For crack width less than 0.2mm, it is assumed that the mechanism of autogenous healing will take place in which the crack will automatically seal up and this would not cause the problem of leakage and reinforcement corrosion in water retaining structure.
When the cracks are in inactive state where no movement takes places, autogenous healing occurs in the presence of water. However, when there is a continuous flow of water through these cracks, autogenous healing would not take place because the flow removes the lime. One of the mechanisms of autogenous healing is that calcium hydroxide (generated from the hydration of tricalcium silicate and dicalcium silicate) in concrete cement reacts with carbon dioxide in the atmosphere, resulting in the formation of calcium carbonate crystals. Gradually these crystals accumulate and grow in these tiny cracks and form bonding so that the cracks are sealed. Since the first documented discovery of autogenous healing by the French Academy of Science in 1836, there have been numerous previous proofs that cracks are sealed up naturally by autogenous healing. Because of its self-sealing property, designers normally limit crack width to 0.2mm for water retaining structures.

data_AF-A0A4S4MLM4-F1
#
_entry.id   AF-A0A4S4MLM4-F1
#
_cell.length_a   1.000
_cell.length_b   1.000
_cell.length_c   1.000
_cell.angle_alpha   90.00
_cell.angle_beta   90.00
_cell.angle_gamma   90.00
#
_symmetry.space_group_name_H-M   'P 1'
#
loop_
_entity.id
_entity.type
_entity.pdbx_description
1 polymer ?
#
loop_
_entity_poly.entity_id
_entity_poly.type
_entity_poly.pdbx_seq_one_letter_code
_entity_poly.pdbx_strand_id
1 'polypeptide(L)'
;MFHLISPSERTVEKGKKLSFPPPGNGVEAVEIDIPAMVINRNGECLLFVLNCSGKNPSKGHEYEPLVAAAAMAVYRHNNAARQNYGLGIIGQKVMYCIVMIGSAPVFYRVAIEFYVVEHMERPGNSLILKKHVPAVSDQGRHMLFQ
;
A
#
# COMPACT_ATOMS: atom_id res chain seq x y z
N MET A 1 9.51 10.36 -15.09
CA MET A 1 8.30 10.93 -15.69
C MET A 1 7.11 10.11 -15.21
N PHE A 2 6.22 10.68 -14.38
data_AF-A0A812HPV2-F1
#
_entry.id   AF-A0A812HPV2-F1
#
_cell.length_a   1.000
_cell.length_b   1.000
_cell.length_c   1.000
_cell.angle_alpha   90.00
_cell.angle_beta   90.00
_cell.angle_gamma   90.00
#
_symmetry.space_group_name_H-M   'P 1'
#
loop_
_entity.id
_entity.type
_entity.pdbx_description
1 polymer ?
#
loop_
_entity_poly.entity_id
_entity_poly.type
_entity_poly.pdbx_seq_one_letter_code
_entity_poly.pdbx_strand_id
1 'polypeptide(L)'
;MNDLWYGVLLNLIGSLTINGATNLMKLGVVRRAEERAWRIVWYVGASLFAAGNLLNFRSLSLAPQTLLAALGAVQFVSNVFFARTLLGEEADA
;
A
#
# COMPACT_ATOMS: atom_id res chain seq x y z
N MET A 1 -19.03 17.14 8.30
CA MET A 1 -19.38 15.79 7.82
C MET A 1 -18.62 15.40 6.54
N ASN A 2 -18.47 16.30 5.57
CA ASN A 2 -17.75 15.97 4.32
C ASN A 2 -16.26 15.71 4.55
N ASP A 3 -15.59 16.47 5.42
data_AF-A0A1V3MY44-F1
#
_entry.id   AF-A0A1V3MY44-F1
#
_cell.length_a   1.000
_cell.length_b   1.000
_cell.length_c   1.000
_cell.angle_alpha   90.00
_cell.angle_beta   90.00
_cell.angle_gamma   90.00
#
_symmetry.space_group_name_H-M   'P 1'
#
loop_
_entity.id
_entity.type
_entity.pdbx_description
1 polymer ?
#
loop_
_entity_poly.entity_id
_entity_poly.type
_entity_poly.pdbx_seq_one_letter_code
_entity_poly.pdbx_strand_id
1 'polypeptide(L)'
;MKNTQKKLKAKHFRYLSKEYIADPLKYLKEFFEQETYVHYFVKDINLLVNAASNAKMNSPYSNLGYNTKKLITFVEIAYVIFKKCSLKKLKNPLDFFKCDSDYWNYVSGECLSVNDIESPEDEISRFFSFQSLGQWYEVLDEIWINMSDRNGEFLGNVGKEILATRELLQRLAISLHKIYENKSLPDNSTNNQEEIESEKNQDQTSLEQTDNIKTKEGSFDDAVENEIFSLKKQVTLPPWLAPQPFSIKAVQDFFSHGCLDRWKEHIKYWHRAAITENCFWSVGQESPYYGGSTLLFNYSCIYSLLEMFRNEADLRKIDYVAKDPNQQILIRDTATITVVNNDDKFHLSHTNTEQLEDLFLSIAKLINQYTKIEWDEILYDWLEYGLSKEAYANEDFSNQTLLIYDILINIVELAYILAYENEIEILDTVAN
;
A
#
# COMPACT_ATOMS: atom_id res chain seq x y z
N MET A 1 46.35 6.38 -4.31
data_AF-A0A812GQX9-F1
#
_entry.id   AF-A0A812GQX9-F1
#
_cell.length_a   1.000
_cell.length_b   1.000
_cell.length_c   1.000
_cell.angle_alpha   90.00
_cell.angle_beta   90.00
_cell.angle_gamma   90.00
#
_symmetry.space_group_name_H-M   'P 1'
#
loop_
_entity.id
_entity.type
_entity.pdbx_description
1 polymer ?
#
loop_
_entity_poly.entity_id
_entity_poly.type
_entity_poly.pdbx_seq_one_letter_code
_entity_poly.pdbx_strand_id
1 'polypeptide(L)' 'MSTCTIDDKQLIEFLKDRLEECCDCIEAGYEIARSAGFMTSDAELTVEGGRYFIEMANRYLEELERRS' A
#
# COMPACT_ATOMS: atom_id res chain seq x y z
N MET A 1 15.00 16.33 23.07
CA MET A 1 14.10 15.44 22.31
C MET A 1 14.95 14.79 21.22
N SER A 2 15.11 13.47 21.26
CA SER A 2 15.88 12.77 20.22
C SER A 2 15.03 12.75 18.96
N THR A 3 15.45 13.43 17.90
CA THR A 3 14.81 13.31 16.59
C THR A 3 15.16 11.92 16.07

This question is taken from book named – A Self Learning Manual – Mastering Different Fields of Civil Engineering Works (VC-Q-A-Method) by Vincent T. H. CHU.